Browse Prior Art Database

Superthreshold Impact Heat Printing

IP.com Disclosure Number: IPCOM000098565D
Original Publication Date: 1959-Apr-01
Included in the Prior Art Database: 2005-Mar-07
Document File: 1 page(s) / 11K

Publishing Venue

IBM

Related People

Prater, MP: AUTHOR

Abstract

In conventional heat printing methods information is printed on heat sensitive copy paper by heating selected areas of the copy paper until the temperature exceeds the color change threshold. The heating may either be accomplished by the reflex action of infrared radiation, which is converted to heat by the infrared-absorbing areas of the original, or it may be accomplished by pressing heated type slugs or other heated writing instruments against the heat sensitive paper.

This text was extracted from a PDF file.
This is the abbreviated version, containing approximately 100% of the total text.

Page 1 of 1

Superthreshold Impact Heat Printing

In conventional heat printing methods information is printed on heat sensitive copy paper by heating selected areas of the copy paper until the temperature exceeds the color change threshold. The heating may either be accomplished by the reflex action of infrared radiation, which is converted to heat by the infrared- absorbing areas of the original, or it may be accomplished by pressing heated type slugs or other heated writing instruments against the heat sensitive paper.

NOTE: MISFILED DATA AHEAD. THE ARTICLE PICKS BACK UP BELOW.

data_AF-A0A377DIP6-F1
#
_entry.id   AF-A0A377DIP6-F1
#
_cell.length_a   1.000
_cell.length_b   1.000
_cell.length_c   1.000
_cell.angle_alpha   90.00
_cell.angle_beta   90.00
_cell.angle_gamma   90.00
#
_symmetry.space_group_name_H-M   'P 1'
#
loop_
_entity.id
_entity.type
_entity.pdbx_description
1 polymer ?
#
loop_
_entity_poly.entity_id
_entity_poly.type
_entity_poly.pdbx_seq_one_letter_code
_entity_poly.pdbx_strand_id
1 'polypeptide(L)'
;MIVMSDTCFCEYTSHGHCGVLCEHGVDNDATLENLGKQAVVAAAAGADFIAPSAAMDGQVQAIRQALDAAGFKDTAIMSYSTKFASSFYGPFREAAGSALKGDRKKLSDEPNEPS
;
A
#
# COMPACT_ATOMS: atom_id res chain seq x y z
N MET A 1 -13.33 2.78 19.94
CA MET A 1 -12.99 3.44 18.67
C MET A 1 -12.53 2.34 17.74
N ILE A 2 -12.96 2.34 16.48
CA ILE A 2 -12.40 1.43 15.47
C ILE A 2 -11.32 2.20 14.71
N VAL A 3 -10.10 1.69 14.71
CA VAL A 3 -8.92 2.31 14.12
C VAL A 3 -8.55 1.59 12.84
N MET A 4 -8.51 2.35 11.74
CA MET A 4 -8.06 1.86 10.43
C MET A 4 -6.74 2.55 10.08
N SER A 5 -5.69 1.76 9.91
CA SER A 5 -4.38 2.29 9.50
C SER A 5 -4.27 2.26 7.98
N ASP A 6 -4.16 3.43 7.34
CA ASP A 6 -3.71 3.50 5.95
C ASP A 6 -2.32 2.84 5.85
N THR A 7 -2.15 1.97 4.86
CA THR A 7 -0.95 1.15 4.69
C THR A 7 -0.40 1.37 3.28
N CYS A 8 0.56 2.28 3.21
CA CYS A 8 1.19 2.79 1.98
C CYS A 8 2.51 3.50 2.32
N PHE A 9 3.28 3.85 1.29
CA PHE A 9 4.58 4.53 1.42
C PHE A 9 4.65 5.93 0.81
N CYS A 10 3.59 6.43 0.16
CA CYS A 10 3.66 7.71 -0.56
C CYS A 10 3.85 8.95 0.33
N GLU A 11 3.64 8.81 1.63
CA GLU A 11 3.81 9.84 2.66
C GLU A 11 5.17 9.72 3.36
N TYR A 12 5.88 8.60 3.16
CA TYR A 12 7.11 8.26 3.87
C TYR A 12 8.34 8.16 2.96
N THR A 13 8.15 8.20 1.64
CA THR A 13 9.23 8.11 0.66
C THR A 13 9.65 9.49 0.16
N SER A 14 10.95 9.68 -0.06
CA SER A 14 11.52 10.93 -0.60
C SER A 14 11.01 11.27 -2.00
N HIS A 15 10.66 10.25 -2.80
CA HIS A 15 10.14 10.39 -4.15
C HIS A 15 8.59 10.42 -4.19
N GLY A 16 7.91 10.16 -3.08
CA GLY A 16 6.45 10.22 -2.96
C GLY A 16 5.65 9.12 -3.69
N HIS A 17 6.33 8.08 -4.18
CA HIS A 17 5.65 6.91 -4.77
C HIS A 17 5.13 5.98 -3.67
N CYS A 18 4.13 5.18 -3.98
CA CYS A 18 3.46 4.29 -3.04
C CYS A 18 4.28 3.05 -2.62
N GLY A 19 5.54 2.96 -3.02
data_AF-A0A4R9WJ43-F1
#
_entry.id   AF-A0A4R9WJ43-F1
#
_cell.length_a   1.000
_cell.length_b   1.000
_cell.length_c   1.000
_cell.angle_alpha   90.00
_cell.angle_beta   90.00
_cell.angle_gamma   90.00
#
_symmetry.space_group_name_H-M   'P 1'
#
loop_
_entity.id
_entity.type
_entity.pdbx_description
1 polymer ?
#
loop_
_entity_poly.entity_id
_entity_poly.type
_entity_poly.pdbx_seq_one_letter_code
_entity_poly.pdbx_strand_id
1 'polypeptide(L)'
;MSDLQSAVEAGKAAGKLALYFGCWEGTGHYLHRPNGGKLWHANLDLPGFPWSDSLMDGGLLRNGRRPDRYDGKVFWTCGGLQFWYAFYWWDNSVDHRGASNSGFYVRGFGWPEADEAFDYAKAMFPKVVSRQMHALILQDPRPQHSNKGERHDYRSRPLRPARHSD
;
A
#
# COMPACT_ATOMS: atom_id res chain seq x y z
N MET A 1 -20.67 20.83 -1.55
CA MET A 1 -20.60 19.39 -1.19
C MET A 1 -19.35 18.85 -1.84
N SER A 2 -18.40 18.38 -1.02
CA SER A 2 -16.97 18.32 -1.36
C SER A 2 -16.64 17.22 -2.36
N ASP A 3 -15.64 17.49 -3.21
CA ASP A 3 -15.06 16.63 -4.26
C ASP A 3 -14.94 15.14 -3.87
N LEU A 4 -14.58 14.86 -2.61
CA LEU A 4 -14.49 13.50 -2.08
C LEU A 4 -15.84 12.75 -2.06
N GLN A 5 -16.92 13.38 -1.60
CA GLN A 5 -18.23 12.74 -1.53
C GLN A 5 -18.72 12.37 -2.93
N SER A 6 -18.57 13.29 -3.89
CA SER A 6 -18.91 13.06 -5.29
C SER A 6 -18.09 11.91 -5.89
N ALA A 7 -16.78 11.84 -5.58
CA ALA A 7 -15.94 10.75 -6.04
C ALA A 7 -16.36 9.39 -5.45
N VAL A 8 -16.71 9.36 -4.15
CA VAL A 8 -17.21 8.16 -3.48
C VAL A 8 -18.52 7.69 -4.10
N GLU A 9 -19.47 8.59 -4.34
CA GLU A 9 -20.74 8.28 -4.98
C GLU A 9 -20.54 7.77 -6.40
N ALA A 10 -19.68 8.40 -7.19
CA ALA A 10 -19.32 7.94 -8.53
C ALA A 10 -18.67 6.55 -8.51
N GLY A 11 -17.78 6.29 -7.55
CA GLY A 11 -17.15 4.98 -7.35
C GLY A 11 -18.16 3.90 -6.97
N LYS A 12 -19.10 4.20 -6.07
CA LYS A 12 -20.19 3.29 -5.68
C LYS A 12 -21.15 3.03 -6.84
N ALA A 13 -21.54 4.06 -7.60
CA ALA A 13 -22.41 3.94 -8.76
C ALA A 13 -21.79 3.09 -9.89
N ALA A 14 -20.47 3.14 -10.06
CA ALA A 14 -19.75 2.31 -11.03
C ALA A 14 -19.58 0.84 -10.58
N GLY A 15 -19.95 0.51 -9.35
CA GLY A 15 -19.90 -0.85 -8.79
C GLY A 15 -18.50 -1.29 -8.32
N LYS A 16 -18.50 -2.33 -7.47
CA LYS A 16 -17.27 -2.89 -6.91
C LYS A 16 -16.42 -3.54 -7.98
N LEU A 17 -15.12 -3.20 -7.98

In the superthreshold method, printing is performed upon heat sensitive paper by first uniformly preheating the paper to a temperature just below its color change threshold and then striking the paper with type slugs, to locally raise the temperature of the paper above the color change threshold by the additional heat of impact. The initial preheating is accomplished in any suitable manner, such as either by exposure of the paper to infrared radiation or by means of a heated platen. If the color changes between 170 degrees F. and 180 degrees F., for example, the preheating of the paper should be sufficient to raise its temperature very close to the color changing temperature, and the heat of impact is sufficient to produce a color change, when a type slug strikes the paper.

1